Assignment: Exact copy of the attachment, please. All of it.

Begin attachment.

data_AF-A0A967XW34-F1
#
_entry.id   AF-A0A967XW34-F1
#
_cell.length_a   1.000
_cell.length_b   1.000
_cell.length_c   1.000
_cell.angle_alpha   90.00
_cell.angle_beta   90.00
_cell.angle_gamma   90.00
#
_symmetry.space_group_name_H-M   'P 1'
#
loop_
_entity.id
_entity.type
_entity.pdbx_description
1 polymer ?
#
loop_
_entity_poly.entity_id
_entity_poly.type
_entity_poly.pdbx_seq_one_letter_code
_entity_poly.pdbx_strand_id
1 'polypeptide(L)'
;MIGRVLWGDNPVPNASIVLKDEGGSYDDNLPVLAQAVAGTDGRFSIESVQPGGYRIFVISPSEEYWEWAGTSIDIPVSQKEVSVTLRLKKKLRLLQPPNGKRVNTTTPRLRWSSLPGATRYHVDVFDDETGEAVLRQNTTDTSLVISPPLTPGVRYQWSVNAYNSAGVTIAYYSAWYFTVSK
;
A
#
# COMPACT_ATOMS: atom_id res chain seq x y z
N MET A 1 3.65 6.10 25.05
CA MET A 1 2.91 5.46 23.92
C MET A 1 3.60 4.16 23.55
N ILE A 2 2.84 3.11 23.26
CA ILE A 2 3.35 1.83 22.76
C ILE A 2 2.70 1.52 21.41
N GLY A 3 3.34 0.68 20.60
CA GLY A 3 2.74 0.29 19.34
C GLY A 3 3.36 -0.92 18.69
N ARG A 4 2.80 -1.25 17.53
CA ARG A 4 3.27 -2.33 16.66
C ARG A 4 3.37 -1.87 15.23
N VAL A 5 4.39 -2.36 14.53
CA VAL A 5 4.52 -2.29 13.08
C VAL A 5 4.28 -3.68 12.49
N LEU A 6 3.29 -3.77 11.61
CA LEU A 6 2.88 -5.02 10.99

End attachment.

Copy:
data_AF-A0A967XW34-F1
#
_entry.id   AF-A0A967XW34-F1
#
_cell.length_a   1.000
_cell.length_b   1.000
_cell.length_c   1.000
_cell.angle_alpha   90.00
_cell.angle_beta   90.00
_cell.angle_gamma   90.00
#
_symmetry.space_group_name_H-M   'P 1'
#
loop_
_entity.id
_entity.type
_entity.pdbx_description
1 polymer ?
#
loop_
_entity_poly.entity_id
_entity_poly.type
_entity_poly.pdbx_seq_one_letter_code
_entity_poly.pdbx_strand_id
1 'polypeptide(L)'
;MIGRVLWGDNPVPNASIVLKDEGGSYDDNLPVLAQAVAGTDGRFSIESVQPGGYRIFVISPSEEYWEWAGTSIDIPVSQKEVSVTLRLKKKLRLLQPPNGKRVNTTTPRLRWSSLPGATRYHVDVFDDETGEAVLRQNTTDTSLVISPPLTPGVRYQWSVNAYNSAGVTIAYYSAWYFTVSK
;
A
#
# COMPACT_ATOMS: atom_id res chain seq x y z
N MET A 1 3.65 6.10 25.05
CA MET A 1 2.91 5.46 23.92
C MET A 1 3.60 4.16 23.55
N ILE A 2 2.84 3.11 23.26
CA ILE A 2 3.35 1.83 22.76
C ILE A 2 2.70 1.52 21.41
N GLY A 3 3.34 0.68 20.60
CA GLY A 3 2.74 0.29 19.34
C GLY A 3 3.36 -0.92 18.69
N ARG A 4 2.80 -1.25 17.53
CA ARG A 4 3.27 -2.33 16.66
C ARG A 4 3.37 -1.87 15.23
N VAL A 5 4.39 -2.36 14.53
CA VAL A 5 4.52 -2.29 13.08
C VAL A 5 4.28 -3.68 12.49
N LEU A 6 3.29 -3.77 11.61
CA LEU A 6 2.88 -5.02 10.99